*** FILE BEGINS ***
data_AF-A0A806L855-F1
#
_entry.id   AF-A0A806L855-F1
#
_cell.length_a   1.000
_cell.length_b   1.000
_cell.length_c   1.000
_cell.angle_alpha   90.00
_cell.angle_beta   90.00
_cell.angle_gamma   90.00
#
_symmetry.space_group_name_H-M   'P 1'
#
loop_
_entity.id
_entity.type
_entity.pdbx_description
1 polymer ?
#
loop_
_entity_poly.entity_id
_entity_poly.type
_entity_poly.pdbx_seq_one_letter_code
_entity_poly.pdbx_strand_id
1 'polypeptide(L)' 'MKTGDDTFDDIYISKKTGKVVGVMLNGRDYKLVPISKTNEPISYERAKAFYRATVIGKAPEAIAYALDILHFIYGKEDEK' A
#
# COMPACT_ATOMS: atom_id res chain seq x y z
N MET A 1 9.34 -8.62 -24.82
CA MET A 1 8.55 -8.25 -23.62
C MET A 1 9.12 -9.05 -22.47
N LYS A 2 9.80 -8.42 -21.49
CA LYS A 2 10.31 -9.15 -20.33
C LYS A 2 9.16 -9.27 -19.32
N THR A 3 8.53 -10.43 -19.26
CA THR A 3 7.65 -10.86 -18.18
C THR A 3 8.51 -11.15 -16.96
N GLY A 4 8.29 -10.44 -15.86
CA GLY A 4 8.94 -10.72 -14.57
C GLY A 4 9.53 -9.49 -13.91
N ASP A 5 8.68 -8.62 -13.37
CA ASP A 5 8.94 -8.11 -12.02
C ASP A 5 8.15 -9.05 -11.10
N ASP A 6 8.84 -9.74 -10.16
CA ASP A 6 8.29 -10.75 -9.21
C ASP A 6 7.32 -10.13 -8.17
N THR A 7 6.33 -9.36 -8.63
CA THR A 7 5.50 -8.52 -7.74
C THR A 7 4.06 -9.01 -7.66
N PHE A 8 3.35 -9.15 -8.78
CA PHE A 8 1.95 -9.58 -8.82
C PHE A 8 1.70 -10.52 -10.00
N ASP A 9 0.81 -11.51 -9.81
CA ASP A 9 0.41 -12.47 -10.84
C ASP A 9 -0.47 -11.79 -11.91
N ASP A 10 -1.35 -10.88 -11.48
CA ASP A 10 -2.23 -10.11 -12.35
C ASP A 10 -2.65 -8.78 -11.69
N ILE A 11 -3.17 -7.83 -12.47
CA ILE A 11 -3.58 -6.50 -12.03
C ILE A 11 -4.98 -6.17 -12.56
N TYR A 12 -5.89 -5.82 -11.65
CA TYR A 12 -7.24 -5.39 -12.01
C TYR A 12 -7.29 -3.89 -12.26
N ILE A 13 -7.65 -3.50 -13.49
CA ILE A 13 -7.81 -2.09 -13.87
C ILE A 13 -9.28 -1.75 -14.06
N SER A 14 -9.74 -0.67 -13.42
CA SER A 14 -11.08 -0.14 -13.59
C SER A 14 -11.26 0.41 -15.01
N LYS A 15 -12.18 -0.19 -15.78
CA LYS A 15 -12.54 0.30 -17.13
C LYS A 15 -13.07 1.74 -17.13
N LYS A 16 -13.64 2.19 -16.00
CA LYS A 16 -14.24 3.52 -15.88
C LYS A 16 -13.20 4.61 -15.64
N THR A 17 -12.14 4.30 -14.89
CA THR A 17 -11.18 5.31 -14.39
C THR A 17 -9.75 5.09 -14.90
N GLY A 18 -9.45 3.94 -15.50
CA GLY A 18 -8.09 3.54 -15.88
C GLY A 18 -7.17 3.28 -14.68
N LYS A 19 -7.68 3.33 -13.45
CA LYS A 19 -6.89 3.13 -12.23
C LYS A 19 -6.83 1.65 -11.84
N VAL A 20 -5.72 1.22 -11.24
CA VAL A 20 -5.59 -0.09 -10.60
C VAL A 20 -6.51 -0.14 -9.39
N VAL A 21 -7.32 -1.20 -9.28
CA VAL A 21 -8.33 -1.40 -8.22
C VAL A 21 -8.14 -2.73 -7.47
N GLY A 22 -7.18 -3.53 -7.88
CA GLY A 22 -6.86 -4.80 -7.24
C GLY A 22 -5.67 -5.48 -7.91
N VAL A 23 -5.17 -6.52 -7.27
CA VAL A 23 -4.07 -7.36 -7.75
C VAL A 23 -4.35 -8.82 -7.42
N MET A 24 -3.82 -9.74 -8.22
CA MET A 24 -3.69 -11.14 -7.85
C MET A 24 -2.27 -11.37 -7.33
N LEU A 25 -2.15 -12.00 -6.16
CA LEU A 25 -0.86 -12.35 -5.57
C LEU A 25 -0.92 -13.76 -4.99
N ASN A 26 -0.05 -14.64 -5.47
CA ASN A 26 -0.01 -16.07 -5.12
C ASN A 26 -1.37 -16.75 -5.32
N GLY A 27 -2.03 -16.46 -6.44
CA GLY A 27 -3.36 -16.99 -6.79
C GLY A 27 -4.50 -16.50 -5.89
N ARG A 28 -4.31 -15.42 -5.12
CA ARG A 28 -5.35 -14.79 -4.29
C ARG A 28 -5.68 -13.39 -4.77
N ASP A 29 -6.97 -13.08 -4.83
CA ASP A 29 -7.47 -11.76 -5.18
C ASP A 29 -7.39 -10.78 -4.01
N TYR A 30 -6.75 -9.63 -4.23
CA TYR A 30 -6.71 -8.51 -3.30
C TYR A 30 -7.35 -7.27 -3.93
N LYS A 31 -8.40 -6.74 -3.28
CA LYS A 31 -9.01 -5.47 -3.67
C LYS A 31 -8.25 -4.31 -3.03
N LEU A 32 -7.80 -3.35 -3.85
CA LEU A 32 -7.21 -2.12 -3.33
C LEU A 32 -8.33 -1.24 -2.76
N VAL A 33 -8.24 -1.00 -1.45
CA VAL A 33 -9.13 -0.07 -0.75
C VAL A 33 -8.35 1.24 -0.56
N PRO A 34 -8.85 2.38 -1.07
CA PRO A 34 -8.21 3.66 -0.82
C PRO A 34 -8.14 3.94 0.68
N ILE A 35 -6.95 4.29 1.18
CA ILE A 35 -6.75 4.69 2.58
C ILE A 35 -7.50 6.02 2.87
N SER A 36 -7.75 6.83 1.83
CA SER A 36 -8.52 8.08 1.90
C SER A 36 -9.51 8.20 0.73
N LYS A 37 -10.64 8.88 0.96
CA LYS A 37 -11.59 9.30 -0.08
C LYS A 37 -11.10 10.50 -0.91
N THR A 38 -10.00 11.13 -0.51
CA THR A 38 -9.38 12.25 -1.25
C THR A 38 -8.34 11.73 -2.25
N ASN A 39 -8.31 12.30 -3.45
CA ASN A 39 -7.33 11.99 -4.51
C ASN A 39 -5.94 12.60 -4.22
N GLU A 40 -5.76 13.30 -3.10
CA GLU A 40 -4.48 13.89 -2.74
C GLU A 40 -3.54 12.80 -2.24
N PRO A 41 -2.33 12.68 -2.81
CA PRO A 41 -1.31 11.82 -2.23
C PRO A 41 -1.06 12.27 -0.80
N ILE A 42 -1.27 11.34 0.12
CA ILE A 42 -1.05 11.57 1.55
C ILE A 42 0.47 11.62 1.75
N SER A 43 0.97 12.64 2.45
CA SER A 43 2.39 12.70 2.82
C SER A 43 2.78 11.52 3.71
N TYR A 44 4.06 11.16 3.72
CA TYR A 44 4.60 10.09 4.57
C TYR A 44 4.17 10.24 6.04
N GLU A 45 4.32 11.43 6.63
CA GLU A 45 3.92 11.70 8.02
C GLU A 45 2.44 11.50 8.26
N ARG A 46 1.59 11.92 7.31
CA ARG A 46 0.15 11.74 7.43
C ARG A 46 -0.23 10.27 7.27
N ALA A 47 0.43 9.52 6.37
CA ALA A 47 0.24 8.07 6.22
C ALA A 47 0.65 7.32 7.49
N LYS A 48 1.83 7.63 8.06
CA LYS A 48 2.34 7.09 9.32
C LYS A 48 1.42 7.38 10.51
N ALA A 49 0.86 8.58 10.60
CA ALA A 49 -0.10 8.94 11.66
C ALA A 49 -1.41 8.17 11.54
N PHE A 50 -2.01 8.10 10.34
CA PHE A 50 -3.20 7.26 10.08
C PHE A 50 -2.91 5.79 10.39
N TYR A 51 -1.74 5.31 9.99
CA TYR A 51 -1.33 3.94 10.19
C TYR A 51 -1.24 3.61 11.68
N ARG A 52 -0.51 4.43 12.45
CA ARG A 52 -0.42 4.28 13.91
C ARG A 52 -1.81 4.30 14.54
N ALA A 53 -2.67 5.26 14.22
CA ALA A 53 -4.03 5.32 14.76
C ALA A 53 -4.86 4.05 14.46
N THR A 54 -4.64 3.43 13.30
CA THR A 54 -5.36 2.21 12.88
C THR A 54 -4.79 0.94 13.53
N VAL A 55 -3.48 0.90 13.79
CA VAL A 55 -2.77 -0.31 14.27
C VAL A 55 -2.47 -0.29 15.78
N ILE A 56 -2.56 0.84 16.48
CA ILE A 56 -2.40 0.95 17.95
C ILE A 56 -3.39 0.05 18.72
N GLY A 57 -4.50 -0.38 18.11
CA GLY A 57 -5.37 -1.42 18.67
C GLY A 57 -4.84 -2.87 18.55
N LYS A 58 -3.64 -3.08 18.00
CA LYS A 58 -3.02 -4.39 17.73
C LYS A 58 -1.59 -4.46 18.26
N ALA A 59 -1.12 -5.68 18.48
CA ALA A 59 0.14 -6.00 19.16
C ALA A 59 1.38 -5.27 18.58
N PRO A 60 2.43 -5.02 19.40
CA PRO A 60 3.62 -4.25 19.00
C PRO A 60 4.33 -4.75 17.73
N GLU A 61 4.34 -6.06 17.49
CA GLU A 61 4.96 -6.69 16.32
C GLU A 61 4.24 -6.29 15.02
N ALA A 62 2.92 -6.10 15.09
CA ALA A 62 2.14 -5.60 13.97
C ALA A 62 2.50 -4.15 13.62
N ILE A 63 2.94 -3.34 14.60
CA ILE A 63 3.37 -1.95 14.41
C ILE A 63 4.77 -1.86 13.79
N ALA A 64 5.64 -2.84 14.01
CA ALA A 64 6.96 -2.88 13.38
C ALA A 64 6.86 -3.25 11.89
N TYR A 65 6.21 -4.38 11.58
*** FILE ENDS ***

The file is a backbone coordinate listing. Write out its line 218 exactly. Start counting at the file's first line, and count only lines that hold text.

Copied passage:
CA ALA A 64 6.96 -2.88 13.38